The Swiss Family Robinson
|Author||Johann David Wyss|
|Original title||Der Schweizerische Robinson|
|Illustrator||Johann Emmanuel Wyss|
|Publisher||Johann Rudolph Wyss (the author's son)|
|Media type||Print (Hardback & Paperback)|
The Swiss Family Robinson (German: Der Schweizerische Robinson) is a novel by Johann David Wyss, first published in 1812, about a Swiss family shipwrecked in the East Indies en route to Port Jackson, Australia.
Written by Swiss pastor Johann David Wyss and edited by his son Johann Rudolf Wyss and illustrated by his son Johann Emmanuel Wyss, the novel was intended to teach his four sons about family values, good husbandry, the uses of the natural world and self-reliance. Wyss' attitude toward education is in line with the teachings of Jean-Jacques Rousseau, and many of the episodes have to do with Christian-oriented moral lessons such as frugality, husbandry, acceptance, cooperation, etc. The adventures are presented as a series of lessons in natural history and the physical sciences, and resemble other, similar educational books for children in this period, such as Charlotte Turner Smith's Rural Walks: in Dialogues intended for the use of Young Persons (1795), Rambles Further: A continuation of Rural Walks (1796), A Natural History of Birds, intended chiefly for young persons (1807). But the novel differs in that it is modeled on Defoe's Robinson Crusoe, a genuine adventure story, and presents a geographically impossible array of large mammals (including antelopes, brown bears, capybaras, cheetahs, dingos, elephants, giraffes, hippos, hyenas, jackals, kangaroos, koalas, leopards, lions, monkeys, moose, muskrat, mustangs, onagers, pangolins, peccaries, platypuses, porcupines, rhinos, tapirs, tigers, walruses, wild boars, wolves, wombats, and zebras), birds (including black swans, blue jays, bustards, ducks, eagles, falcons, flamingos, grosbeaks, herons, ostriches, parakeets, parrots, peafowls, penguins, pigeons, and snipes), and plants (including the bamboos, cassavas, cinnamon trees, coconut palm trees, fir trees, flax, Myrica cerifera, rice, rubber plant, potatoes, sago palms, and an entirely fictitious kind of sugarcane) that probably could never have existed together on a single island for the children's education, nourishment, clothing and convenience.
Over the years there have been many versions of the story with episodes added, changed, or deleted. Perhaps the best-known English version is by William H. G. Kingston, first published in 1879. It is based on Isabelle de Montolieu's 1813 French adaptation and 1824 continuation (from chapter 37) Le Robinson suisse, ou, Journal d'un père de famille, naufragé avec ses enfants in which were added further adventures of Fritz, Franz, Ernest, and Jack. Other English editions that claim to include the whole of the Wyss-Montolieu narrative are by W. H. Davenport Adams (1869–1910) and Mrs H. B. Paull (1879). As Carpenter and Prichard write in The Oxford Companion to Children's Literature (Oxford, 1995), "with all the expansions and contractions over the past two centuries (this includes a long history of abridgments, condensations, Christianizing, and Disney products), Wyss's original narrative has long since been obscured." The closest English translation to the original is William Godwin's 1816 translation, reprinted by Penguin Classics.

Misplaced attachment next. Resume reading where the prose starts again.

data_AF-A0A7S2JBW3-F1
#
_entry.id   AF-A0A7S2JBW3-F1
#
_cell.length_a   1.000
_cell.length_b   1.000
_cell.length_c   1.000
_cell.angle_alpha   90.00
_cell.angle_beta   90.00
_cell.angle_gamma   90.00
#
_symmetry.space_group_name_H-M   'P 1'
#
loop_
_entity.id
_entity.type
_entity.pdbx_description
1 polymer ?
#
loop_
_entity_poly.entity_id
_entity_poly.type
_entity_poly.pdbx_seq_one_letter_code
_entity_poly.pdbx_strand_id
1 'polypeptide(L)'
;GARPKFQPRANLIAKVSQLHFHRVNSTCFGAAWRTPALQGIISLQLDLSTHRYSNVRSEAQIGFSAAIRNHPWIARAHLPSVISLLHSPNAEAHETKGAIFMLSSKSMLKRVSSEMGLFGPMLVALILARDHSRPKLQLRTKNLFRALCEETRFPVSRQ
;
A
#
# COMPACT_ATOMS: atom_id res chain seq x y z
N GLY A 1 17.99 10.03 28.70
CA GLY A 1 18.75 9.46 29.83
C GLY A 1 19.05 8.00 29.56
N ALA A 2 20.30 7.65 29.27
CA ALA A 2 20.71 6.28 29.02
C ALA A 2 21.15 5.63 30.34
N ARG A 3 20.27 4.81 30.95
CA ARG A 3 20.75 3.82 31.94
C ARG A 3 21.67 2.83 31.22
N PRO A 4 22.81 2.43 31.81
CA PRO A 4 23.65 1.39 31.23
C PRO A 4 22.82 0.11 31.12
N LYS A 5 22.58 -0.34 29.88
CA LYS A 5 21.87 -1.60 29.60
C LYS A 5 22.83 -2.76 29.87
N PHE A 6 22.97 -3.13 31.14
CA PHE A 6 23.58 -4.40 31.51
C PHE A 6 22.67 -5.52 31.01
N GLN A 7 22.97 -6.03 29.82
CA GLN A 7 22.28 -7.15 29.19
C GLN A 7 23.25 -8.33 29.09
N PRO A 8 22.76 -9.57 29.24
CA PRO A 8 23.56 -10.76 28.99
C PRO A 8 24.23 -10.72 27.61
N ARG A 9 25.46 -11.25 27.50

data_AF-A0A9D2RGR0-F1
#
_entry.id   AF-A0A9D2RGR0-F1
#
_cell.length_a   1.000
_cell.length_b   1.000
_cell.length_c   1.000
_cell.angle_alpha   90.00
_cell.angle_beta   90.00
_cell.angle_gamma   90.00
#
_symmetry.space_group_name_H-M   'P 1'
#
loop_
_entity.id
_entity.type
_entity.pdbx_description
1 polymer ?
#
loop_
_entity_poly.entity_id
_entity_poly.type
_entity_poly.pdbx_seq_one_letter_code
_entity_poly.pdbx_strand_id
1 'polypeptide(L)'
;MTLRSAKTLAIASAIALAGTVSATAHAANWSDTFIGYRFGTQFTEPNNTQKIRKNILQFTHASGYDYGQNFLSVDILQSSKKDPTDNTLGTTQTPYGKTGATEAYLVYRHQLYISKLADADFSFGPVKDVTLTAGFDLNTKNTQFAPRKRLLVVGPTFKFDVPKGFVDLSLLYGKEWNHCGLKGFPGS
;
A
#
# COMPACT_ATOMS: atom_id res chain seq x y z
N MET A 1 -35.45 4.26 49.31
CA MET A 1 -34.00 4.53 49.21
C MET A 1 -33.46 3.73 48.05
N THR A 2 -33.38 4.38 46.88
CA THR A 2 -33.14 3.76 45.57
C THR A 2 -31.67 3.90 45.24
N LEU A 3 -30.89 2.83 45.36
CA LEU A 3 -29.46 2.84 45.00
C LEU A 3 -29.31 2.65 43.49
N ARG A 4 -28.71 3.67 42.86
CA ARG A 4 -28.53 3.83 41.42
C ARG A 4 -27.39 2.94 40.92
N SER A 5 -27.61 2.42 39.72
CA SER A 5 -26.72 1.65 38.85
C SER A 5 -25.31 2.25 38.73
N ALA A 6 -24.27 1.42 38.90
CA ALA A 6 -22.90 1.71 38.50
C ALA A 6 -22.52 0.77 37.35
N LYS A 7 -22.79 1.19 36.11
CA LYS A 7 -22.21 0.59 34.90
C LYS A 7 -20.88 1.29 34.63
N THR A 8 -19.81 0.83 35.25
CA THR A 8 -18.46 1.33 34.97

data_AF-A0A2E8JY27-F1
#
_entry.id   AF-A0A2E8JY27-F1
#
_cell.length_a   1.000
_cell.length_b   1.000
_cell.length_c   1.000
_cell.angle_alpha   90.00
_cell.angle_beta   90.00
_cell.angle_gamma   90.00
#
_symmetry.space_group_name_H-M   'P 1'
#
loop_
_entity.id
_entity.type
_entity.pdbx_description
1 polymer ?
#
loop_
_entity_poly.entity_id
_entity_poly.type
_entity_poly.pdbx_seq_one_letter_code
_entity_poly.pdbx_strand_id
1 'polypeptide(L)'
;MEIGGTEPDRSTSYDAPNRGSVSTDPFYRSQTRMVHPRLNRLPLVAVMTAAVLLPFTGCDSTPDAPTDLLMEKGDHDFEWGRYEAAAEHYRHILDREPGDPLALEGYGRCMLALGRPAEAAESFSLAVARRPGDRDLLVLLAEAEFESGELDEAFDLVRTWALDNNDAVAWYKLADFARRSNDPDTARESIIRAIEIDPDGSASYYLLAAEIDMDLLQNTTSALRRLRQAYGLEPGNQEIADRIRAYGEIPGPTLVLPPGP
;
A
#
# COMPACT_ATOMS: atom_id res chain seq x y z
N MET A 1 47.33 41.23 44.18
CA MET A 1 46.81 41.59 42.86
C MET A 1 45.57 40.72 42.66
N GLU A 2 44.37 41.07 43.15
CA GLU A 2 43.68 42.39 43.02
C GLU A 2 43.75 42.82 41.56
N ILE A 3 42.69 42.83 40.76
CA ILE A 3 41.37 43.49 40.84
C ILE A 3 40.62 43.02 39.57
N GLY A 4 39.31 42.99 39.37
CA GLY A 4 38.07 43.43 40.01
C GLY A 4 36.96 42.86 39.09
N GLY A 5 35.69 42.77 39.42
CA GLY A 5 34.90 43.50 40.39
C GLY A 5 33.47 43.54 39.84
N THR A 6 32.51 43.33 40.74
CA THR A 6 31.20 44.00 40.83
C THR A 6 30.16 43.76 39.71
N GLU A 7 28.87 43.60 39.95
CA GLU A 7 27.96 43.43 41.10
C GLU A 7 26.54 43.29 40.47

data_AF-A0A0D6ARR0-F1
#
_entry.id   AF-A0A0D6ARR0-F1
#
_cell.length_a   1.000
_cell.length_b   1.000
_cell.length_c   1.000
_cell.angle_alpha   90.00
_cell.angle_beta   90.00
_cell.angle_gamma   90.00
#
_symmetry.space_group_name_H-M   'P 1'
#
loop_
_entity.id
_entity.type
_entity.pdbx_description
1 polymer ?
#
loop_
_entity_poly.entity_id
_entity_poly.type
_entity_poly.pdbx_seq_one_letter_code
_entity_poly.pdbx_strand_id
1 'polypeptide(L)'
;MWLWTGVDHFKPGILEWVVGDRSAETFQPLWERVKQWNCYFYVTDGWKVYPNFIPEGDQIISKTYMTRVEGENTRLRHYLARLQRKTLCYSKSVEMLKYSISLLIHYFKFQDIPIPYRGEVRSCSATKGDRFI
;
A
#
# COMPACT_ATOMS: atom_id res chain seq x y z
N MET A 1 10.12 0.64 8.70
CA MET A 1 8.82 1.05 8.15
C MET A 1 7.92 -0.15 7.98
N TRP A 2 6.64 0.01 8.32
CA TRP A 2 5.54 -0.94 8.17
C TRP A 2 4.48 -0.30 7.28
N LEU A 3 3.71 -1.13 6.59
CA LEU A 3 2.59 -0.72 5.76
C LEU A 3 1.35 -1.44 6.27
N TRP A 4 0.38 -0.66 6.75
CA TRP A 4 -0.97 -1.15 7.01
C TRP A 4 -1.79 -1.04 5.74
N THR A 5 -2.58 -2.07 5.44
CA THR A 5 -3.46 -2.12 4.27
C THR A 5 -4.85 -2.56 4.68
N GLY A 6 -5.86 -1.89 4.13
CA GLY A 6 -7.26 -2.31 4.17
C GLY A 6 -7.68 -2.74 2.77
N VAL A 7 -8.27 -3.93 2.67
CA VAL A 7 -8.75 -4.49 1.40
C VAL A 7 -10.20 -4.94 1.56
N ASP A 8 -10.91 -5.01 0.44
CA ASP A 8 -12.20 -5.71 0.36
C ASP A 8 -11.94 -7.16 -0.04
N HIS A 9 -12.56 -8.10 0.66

Although movie and TV adaptations typically name the family "Robinson", it is not a Swiss name; the "Robinson" of the title refers to Robinson Crusoe. The German name translates as the Swiss Robinson, and identifies the novel as belonging to the Robinsonade genre, rather than as a story about a family named Robinson.
|This article needs an improved plot summary. (January 2012)|
The novel opens with the family in the hold of a sailing ship, weathering a great storm. The ships' passengers evacuate without them, and William and Elizabeth Robinson and their four children (Fritz, Ernest, Jack and Francis) are left to survive alone. As the ship tosses about, the father - William - prays that God will spare them.
The ship survives the night and the family finds themselves within sight of a tropical desert island. The next morning, they decide to get to the island they can see beyond the reef. With much effort, they construct a vessel out of tubs. After they fill the tubs with food and ammunition and all other articles of value they can safely carry, they row toward the island. Two dogs from the ship named Turk and Flora swim beside them. The ship's cargo of livestock (including chickens, domestic ducks, domestic geese, and domestic pigeons), guns & powder, carpentry tools, books, a disassembled pinnace, and provisions have survived.
Upon reaching the island, the family set up a makeshift camp. The father knows that they must prepare for a long time on the island and his thoughts are as much on provisions for the future as for their immediate wants. William and his oldest son Fritz spend the next day exploring the island.
The family spends the next few days securing themselves against hunger. William and Fritz make several trips to the ship in their efforts to bring ashore everything useful from the vessel. The domesticated animals on the ship are towed back to the island. There is also a great store of firearms and ammunition, hammocks for sleeping, carpenter’s tools, lumber, cooking utensils, silverware, and dishes. Initially they construct a treehouse, but as time passes (and after Elizabeth is injured climbing the stairs down from it), they settle in a more permanent dwelling in part of a cave. Fritz rescues a young Englishwoman (Jenny Montrose) shipwrecked elsewhere on their island.